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Barnard v. State

United States District Court, D. Maine

August 19, 2016

STATE OF MAINE, et al., Defendants



         In his original complaint, Plaintiff alleged excessive force was used against him during a May 31, 2014, encounter with law enforcement officials. (ECF No. 1.) Following a review of the complaint in accordance with 28 U.S.C. § 1915(e)(2) and 29 U.S.C. §1915A(a), I recommended:

[U]nless within the time to file an objection to this recommended decision, Plaintiff files an amended complaint in which he asserts an actionable claim against one or more of the named Defendants, the Court dismiss all state, county, and municipal entities named in the caption of Plaintiff’s complaint. I also recommend the Court construe the complaint to assert a federal claim against Officer Troy Bires, and order service of the complaint against Officer Bires. Finally, I recommend the Court determine that Plaintiff cannot assert a claim on behalf of his wife, Vicki Barnard, and, to the extent Plaintiff has asserted a claim on her behalf, the Court dismiss the claim, subject to Vicki Barnard’s right to assert a claim on her own behalf.

(Recommended Decision at 5, ECF No. 4.) Plaintiff subsequently moved to amend his complaint. (ECF No. 11.) The matter is before the Court on Plaintiff’s motion to amend, through which motion Plaintiff seeks to reassert his claims against the previously named defendants, join numerous additional defendants in his claim based on his encounter with law enforcement, and assert claims against a group of defendants based on conditions of confinement at the Somerset County Jail.

         Federal Rule of Civil Procedure 15(a)(1) permits Plaintiff to amend his complaint once as a matter of course within 21 days of service of the complaint. Because of the preliminary review and recommended decision, the complaint has not been served upon any Defendant. In accordance with Rule 15, therefore, Plaintiff’s motion to amend is granted.

         Given that Plaintiff is a prisoner proceeding in forma pauperis, and given that he seeks relief from governmental entities, officers, and employees, his amended complaint is subject to preliminary screening pursuant to 28 U.S.C. §§ 1915(e)(2) & 1915A(a). After the review, I recommend the Court dismiss Plaintiff’s federal and state claims against the State of Maine, the Maine State Police, and Maine Attorney General Janet Mills, dismiss Plaintiff’s federal claim against the municipal defendants, and dismiss or sever Plaintiff’s claims regarding the conditions of confinement at the Somerset County Jail.

         Standard of Review

         When a party is proceeding in forma pauperis, “the court shall dismiss the case at any time if the court determines, ” inter alia, that the action is “frivolous or malicious” or “fails to state a claim on which relief may be granted.” 28 U.S.C. § 1915(e)(2)(B). “Dismissals [under § 1915] are often made sua sponte prior to the issuance of process, so as to spare prospective defendants the inconvenience and expense of answering such complaints.” Neitzke v. Williams, 490 U.S. 319, 324 (1989).

         In addition to the review contemplated by § 1915, Plaintiff’s amended complaint is subject to screening under the Prison Litigation Reform Act because Plaintiff currently is incarcerated and seeks redress from governmental entities and officers. See 28 U.S.C. § 1915A(a), (c). The § 1915A screening requires courts to “identify cognizable claims or dismiss the complaint, or any portion of the complaint, if the complaint (1) is frivolous, malicious, or fails to state a claim …; or (2) seeks monetary relief from a defendant who is immune from such relief.” 28 U.S.C. § 1915A(b).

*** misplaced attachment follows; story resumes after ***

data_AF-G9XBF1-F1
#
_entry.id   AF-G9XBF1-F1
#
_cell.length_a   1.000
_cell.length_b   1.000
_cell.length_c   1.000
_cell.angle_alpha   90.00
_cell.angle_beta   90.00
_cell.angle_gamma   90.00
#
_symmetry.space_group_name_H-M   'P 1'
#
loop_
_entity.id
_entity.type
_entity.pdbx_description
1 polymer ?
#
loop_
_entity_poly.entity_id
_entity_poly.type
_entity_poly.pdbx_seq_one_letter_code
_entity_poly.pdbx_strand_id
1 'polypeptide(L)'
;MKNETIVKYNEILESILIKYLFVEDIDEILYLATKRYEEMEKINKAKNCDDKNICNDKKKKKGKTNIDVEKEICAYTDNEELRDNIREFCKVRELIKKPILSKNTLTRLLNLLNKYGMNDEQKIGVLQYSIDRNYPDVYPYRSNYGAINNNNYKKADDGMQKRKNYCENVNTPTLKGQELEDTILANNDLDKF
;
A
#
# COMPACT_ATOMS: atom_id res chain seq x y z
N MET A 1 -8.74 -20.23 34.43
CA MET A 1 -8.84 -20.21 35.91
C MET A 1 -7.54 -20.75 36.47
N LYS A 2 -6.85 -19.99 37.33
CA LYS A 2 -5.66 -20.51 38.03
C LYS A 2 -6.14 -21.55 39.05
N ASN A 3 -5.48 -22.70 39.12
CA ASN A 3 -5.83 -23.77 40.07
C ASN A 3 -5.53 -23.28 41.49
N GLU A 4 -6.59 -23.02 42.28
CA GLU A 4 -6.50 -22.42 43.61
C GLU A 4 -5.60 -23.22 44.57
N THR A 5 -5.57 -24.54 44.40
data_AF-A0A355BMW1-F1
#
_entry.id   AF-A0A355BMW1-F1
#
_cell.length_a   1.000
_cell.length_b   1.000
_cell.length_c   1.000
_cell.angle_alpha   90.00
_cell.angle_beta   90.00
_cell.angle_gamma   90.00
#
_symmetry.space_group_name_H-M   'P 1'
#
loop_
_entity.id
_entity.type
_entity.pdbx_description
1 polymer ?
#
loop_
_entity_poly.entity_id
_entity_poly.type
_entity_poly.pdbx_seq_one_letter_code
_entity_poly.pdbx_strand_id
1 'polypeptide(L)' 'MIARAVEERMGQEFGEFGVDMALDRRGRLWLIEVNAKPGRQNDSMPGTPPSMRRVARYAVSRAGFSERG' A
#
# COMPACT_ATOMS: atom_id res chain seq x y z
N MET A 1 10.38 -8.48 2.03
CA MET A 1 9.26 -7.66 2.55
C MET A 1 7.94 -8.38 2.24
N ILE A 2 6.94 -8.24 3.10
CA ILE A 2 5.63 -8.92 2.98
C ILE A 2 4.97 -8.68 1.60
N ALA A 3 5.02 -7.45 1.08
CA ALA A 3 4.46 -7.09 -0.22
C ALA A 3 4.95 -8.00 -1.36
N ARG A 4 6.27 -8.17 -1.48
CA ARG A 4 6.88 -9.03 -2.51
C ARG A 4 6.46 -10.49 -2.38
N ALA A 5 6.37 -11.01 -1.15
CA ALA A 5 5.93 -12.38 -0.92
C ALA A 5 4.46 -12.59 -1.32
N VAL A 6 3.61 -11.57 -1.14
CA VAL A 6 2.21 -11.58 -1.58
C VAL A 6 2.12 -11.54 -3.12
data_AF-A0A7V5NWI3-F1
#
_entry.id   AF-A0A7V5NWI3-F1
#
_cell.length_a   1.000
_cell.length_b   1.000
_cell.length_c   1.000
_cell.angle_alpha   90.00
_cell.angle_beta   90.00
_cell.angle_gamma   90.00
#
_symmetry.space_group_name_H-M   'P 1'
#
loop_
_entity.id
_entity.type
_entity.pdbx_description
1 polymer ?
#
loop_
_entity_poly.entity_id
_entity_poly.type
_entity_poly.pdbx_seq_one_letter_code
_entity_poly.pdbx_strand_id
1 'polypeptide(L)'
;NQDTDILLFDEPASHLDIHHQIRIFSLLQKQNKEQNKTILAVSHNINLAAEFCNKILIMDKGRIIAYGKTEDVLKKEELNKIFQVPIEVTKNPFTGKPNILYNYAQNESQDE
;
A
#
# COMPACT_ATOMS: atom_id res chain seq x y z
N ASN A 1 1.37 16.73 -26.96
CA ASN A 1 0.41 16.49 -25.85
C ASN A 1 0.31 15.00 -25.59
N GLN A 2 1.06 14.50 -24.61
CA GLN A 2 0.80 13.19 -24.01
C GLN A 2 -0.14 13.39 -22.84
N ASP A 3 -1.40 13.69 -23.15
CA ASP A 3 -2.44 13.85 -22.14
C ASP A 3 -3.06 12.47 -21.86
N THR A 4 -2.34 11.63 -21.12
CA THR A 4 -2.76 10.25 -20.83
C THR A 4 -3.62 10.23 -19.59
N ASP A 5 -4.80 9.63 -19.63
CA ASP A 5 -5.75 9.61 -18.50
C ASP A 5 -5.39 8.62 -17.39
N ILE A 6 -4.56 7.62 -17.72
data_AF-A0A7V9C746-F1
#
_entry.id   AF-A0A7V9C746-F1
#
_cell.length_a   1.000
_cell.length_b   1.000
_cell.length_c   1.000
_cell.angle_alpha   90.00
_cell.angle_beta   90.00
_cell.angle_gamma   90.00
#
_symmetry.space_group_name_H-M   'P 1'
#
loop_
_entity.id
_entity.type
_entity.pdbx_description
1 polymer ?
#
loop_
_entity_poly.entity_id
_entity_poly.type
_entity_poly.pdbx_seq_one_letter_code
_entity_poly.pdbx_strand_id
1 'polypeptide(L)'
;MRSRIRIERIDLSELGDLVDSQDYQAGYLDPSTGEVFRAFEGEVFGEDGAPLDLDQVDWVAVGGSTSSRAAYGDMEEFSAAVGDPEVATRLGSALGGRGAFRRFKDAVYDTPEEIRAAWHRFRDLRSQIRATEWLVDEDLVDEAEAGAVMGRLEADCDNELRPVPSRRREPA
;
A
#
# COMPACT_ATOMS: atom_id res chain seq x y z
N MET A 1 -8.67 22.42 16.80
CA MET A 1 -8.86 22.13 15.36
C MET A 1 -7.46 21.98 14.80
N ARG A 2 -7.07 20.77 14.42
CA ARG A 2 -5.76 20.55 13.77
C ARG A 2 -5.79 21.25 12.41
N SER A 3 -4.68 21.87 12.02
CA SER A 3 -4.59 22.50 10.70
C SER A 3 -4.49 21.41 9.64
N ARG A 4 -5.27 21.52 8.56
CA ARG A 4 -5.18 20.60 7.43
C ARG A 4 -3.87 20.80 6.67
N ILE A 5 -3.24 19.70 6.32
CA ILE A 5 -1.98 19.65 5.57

When considering whether a complaint states a claim for which relief may be granted, courts must assume the truth of all well-plead facts and give the plaintiff the benefit of all reasonable inferences therefrom. Ocasio-Hernandez v. Fortuno-Burset, 640 F.3d 1, 12 (1st Cir. 2011). A complaint fails to state a claim upon which relief can be granted if it does not plead “enough facts to state a claim to relief that is plausible on its face.” Bell Atlantic Corp. v. Twombly, 550 U.S. 544, 570 (2007). “The relevant question ... in assessing plausibility is not whether the complaint makes any particular factual allegations but, rather, whether ‘the complaint warrant[s] dismissal because it failed in toto to render plaintiffs’ entitlement to relief plausible.’” Rodríguez- Reyes v. Molina-Rodríguez, 711 F.3d 49, 55 (1st Cir. 2013) (quoting Twombly, 550 U.S. at 569 n. 14). Although a pro se plaintiff’s complaint is subject to “less stringent standards than formal pleadings drafted by lawyers, ” Haines v. Kerner, 404 U.S. 519, 520 (1972), the complaint may not consist entirely of “conclusory allegations that merely parrot the relevant legal standard, ” Young v. Wells Fargo, N.A., 717 F.3d 224, 231 (1st Cir. 2013).


         Through his motion to amend and his amended complaint, Plaintiff provides more detailed factual allegations in an attempt to cure the pleading deficiencies identified in the recommended decision. In addition, Plaintiff attempts to add new claims related to conditions of confinement at the Somerset County Jail.

         A. Plaintiff’s Claims Regarding the May 31, 2014, Encounter with Law Enforcement

         In the amended complaint, Plaintiff asserts two types of claims arising from the May 31, 2014, encounter. (Am. Compl. at 1.) First, Plaintiff alleges an excessive force claim under 42 U.S.C. § 1983. “Section 1983 allows people within the jurisdiction of the United States to bring civil lawsuits against those who, under color of law, deprive them ‘of any rights, privileges, or immunities secured by the Constitution and laws.’” Ayotte v. Barnhart, 973 ...

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